and some oranges (not on the farm we live on)
So here is what I am pondering…………
All of the above fruit trees blossom and start bearing fruit around the same time (spring)
We will be eating the mangoes and litchis by the end of this year (3-4 months to mature ripe fruit depending on cultivar) yet the avocados and oranges will only be ripe and ready in 6-11 months time (winter fruit for us).
Why would some fruit be able to ripen and mature so fast and others take so long?
In front of Tiny House there is a pecan nut orchard. When I got here at the beginning of the month they looked like this
and today they look like this
I just love watch everything come to life in springtime.
Today I realized that I know very little about them so I asked B lots of questions as he showed me around the trees. On the dryer trees I spotted clusters of growth quite high up like the picture below.
These clumps of growth are mistletoe. I didn’t even know that we had mistletoe in this country and really have only seen plastic kissy ones at Christmas time. These unfortunately are not so friendly and are semi-parasitic weeds which cause loss of nut yield and make the tree sickly. Mistletoe has to be cut out of the trees.
The trees will flower near the end of spring and then as the flower wilts the nut begins to grow. It is not a true nut but actually a “drupe”.
(picture of pecan from Wikipedia)
Health benefits of Pecans
Antioxidants present protect against cancer and infections
Pecan nuts are rich source of vitamin E and are therefore great for skin health
The nuts are very rich sources of several important B-complex groups of vitamins
The nuts are also rich source of minerals like manganese, potassium, calcium, iron, magnesium, zinc, and selenium.
I will definitely be making pecan nut pie soon and I also enjoy putting them in my banana bread and salads. Do you have any favorite pecan nut recipes to share?
While I was away at the iNyoka Gallery opening B gave me a call to see how things were going and mentioned that he had a present for me. Now that in itself is quite unusual (not in a nasty way) as we are not big gift givers and tend to stick to birthdays for that kind of thing. My mind rushed in two different directions. Firstly a few flashbacks to hideous gifts I have received from beaus in the past like garish plastic gold earrings when I don’t ever wear gold, or a dress two sizes too big or a kitchen pot :) Then secondly I got really excited because I am a girl after all and I LOVE surprises and thoughtful gifts.
By the time I got home he seemed to have forgotten though so I just kept quiet hoping that something would just pop up.
On opening the fridge to prepare dinner I spotted a large tub of margarine. Now I really can’t stand margarine and believe in the goodness of butter and had thought that I had brainwashed trained B enough to get him off the darn stuff. I opened my big mouth and started my “margarine is plastic” speech when he gently told me that the tub was my gift. What??? Really?? I gingerly opened the tub hoping against hope that it did not contain margarine.
Surprise surprise guess what I got! This man is so precious and knows me so well!
Organic litchi honey from the litchi orchards from one of the farms. Still in the comb.
Now most of you who follow my blog will know this is such a “me” gift.
I have spotted quite a few bee boxes on the farm that we stay on and B told me that one of the farm managers is very interested in bee keeping and that they have very many hives which they use on the farms. Currently, they still have to bring in extra bees for all the pollination of 350 hectares of avocados and also about 100 hectares of litchis but they hope to eventually have enough of their own.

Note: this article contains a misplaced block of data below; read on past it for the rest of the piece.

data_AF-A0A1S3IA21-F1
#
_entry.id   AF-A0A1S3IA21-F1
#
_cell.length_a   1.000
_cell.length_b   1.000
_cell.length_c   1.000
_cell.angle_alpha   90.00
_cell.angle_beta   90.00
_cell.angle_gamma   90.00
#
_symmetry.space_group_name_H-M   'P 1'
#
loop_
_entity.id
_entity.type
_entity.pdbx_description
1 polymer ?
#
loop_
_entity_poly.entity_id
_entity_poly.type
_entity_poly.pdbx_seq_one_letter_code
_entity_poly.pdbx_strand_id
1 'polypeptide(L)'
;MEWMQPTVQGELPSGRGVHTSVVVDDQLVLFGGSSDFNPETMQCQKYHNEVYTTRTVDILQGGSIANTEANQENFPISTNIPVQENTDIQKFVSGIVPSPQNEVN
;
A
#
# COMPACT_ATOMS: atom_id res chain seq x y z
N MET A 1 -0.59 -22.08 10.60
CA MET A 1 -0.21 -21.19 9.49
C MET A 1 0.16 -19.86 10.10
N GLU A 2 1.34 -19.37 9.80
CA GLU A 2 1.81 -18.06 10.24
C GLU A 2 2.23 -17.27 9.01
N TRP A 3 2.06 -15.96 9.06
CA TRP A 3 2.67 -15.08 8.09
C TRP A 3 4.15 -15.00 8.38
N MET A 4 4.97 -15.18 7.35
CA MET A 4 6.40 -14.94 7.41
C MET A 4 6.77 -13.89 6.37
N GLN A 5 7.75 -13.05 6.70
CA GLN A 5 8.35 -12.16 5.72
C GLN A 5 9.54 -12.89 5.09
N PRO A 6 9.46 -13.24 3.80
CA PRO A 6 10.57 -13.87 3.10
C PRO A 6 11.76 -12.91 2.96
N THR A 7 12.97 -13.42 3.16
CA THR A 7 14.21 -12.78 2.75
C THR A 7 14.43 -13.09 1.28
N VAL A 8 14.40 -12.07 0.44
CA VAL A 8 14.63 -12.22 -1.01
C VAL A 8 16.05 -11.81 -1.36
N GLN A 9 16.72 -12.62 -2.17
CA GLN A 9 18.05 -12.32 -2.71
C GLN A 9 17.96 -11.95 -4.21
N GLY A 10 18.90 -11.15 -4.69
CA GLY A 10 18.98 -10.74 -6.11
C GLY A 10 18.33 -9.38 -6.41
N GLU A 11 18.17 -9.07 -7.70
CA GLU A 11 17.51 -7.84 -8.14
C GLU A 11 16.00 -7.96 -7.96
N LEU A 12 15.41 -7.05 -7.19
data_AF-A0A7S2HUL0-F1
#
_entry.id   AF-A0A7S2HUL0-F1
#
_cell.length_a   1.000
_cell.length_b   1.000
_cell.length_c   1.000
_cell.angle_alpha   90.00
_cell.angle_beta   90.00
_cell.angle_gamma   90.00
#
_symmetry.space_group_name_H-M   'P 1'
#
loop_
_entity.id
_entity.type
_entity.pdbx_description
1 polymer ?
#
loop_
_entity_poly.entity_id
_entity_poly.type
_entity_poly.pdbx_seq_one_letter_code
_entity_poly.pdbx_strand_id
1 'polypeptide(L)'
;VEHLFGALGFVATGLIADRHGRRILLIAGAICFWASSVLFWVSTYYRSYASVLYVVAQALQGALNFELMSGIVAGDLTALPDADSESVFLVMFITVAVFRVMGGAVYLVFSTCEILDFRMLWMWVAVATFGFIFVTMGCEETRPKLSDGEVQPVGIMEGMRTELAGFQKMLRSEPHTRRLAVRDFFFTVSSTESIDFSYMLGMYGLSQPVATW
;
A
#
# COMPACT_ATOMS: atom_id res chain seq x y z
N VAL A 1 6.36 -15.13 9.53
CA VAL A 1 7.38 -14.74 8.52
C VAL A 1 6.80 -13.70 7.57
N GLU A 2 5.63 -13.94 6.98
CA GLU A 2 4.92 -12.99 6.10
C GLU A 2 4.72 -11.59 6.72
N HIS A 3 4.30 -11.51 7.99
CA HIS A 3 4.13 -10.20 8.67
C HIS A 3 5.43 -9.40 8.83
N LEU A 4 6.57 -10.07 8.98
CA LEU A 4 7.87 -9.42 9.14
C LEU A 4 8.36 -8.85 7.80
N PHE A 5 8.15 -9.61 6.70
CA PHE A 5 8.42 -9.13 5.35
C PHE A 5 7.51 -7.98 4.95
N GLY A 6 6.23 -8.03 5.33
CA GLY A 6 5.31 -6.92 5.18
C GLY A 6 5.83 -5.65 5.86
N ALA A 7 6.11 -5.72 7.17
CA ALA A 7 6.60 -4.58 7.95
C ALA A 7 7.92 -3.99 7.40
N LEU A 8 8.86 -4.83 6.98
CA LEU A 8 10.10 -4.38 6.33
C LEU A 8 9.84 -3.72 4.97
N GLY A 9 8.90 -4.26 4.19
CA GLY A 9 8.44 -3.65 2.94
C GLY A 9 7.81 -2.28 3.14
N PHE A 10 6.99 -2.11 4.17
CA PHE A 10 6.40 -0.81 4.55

Because they are still splitting hives and multiplying their bees they do not harvest much honey at all so I was really lucky to get a bit.
Also, attached to this gift, was the promise of me going to learn how to split hives and do some beekeeping which I have been keen to learn. I can’t wait!
I will most certainly take my camera and share with you all when I go. Now I need to think of all the questions I want to ask the bee expert. Let me know if you have any bee questions you would like answered.
On Friday the 19th of September a long awaited dream became reality when our artists co-operative gallery was officially opened in Hoedspruit.
After years of planning and months of really hard work and renovations done by the steering committee, the artists themselves, their partners and sometimes even their children, we were finally ready.
There was a strong feeling of anticipation within the group and folk worked hard at getting invitations out and a couple of the steering committee worked night and day putting the final touches to the incredible space we had created. All participating artists were asked to donate one piece for an art auction to raise funds for phase 2 and phase 3 of our project.
I was quite edgy about the auction and worried about the turnout. What if no one bid on my art? What if there was a poor turn-out for the grand opening?
I need not have worried.
The Grand Opening of iNyoka Gallery was the event of the year in this small town with over 300 people attending and our auction raised just under R140 000! What a buzz the evening was!
A HUGE thank you to all who attended.
(If you look carefully at the second picture, you can see my painting of a lions head hanging on the center pillar)
My apologies for disappearing again. I have had a short glitch in getting internet sorted out at Tiny House. Hopefully I am up and running now.
Tomorrow I am off to Hoedspruit again for the grand opening of the iNyoka Gallery. One of the few glitzy affairs I will have attended in the last 5 years (maybe the only one even :) ) I will take lots of pictures to show those of you who are not attending. I am so excited to be involved in this project.
I will be back blogging on Monday 22 Sept.
I will leave you with two more pictures of the farm where Tiny House is located.